Business Week reports that Atlantic City land casinos continued to battle the recession in April 2009, with the 11 casinos drawing 14.2 percent less revenue than a year ago. However, like recent Vegas numbers, there was a glimmer of hope in the fact that the decline was not as great as that in March 2009, when the Atlantic City casinos took a record breaking 19.4 percent knock.
Mark Juliano, chief executive officer of Trump Entertainment Resorts opined: "It's up a little bit from the bottom; that's a good way to look at it. The economy is still a major factor."
In April, the casinos won $313.6 million, the Business Week report reveals. Slot revenue, Atlantic City's bread-and-butter, fell 14.9 percent to $220.6 million. Table games brought in $92.9 million, down 12.5 percent from a year ago.
Every casino in the city experienced a decline in April, led by three of the most beleaguered gambling houses. Trump Marina Hotel casino, which is due to be sold in less than three weeks to a New York developer, was down 27.9 percent. Resorts Atlantic City, which stopped making interest payments on its loans last fall and is trying to avert a foreclosure bid by its lender, was down 24.9 percent. Its sister property, the Atlantic City Hilton Casino Resort, was down 24.7 percent.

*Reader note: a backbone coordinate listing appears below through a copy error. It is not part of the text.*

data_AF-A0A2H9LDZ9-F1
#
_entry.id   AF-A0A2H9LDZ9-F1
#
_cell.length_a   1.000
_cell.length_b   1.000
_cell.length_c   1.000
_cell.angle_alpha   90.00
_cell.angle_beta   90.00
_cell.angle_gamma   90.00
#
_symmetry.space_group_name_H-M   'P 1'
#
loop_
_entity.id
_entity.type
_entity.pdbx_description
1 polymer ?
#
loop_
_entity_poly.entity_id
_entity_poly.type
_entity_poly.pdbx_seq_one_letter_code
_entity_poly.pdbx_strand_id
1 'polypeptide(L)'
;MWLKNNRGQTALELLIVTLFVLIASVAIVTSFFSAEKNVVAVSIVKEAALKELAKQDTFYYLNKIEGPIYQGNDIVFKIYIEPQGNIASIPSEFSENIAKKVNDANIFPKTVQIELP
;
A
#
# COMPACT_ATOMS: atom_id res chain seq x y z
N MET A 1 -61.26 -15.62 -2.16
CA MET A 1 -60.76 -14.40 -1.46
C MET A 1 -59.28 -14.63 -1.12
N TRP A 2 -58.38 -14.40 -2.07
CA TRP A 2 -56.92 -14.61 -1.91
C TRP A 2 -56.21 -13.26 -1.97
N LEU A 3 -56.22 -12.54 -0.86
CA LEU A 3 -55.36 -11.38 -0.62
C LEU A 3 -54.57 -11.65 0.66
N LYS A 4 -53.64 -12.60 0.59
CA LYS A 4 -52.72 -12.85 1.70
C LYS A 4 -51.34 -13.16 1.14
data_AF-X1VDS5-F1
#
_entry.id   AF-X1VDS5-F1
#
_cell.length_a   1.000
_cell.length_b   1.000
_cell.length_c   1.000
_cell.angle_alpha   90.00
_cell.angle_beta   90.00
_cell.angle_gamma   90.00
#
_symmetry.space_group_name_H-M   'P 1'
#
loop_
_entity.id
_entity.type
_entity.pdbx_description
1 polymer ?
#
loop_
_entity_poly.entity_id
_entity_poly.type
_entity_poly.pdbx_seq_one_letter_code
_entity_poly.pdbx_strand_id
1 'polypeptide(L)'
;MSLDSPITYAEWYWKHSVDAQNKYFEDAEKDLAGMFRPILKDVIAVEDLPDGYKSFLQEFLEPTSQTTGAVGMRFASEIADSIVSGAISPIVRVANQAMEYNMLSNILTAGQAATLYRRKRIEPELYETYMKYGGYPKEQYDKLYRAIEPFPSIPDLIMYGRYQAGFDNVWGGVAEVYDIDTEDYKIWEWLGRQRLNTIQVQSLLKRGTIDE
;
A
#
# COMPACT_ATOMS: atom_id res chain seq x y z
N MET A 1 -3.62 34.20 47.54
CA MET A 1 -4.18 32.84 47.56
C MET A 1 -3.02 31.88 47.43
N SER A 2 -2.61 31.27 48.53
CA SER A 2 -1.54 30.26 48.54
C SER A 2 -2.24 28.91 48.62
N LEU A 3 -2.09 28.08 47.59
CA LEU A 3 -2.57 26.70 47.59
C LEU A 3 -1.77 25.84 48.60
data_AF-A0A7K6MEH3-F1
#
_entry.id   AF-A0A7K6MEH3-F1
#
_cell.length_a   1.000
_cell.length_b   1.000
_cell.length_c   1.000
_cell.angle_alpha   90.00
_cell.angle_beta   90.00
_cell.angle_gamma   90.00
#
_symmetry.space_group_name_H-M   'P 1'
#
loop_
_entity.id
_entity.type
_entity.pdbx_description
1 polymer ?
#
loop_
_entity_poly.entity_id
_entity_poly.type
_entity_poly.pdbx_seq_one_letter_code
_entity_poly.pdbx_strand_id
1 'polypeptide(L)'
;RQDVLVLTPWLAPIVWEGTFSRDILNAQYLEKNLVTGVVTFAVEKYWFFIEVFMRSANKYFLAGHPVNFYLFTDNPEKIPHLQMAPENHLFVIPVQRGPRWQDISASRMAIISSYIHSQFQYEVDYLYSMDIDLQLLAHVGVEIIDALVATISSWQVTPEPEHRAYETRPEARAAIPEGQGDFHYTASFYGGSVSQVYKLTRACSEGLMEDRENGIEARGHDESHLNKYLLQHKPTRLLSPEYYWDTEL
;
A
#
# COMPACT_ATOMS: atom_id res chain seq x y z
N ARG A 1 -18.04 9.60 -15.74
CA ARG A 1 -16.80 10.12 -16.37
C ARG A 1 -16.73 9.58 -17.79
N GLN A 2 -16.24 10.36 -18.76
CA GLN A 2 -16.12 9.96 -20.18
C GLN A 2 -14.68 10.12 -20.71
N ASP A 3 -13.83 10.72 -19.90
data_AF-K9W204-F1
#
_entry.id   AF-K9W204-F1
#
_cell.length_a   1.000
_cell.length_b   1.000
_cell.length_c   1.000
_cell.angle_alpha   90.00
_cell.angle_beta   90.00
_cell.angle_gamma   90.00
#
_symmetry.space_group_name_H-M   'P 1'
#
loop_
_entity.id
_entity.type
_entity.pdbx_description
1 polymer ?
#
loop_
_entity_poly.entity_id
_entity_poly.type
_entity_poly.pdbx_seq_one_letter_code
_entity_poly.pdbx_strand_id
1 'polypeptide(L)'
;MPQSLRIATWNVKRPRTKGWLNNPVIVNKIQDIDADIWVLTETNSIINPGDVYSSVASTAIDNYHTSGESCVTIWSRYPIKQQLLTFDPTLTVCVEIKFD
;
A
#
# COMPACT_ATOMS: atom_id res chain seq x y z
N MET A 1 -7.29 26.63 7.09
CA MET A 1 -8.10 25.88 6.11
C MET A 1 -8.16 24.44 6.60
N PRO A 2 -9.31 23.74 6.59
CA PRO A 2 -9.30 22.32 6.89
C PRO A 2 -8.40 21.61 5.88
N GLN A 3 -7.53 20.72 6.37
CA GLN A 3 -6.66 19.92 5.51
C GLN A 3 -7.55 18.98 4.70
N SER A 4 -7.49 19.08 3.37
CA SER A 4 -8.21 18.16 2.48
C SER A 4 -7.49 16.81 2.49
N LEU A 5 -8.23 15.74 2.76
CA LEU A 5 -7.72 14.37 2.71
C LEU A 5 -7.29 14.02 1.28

The Tropicana Casino and Resort, which filed for bankruptcy earlier this month so it can be sold at auction, was down 20.8 percent. Trump Plaza Hotel and Casino was down 20.2 percent, and Bally's Atlantic City was down 17.6 percent.
Caesars Atlantic City was down 16 percent, Harrah's Atlantic City was down 15.5 percent, and the Showboat Casino Hotel was down 7.2 percent.
The Trump Taj Mahal Casino Resort was down 2.2 percent, and the Borgata Hotel Casino & Spa was down 0.3 percent.
Juliano said: "The properties that have renovations completed over the last year or two are doing better than those who have not."
For the first four months of 2009, the casinos won $1.3 billion, down 15.7 percent from the same period in 2008.
Atlantic City is in the third straight year of revenue declines that began in late December 2006 when the first of several slots parlors in Pennsylvania and New York opened, stealing some of Atlantic City's most reliable and profitable customers.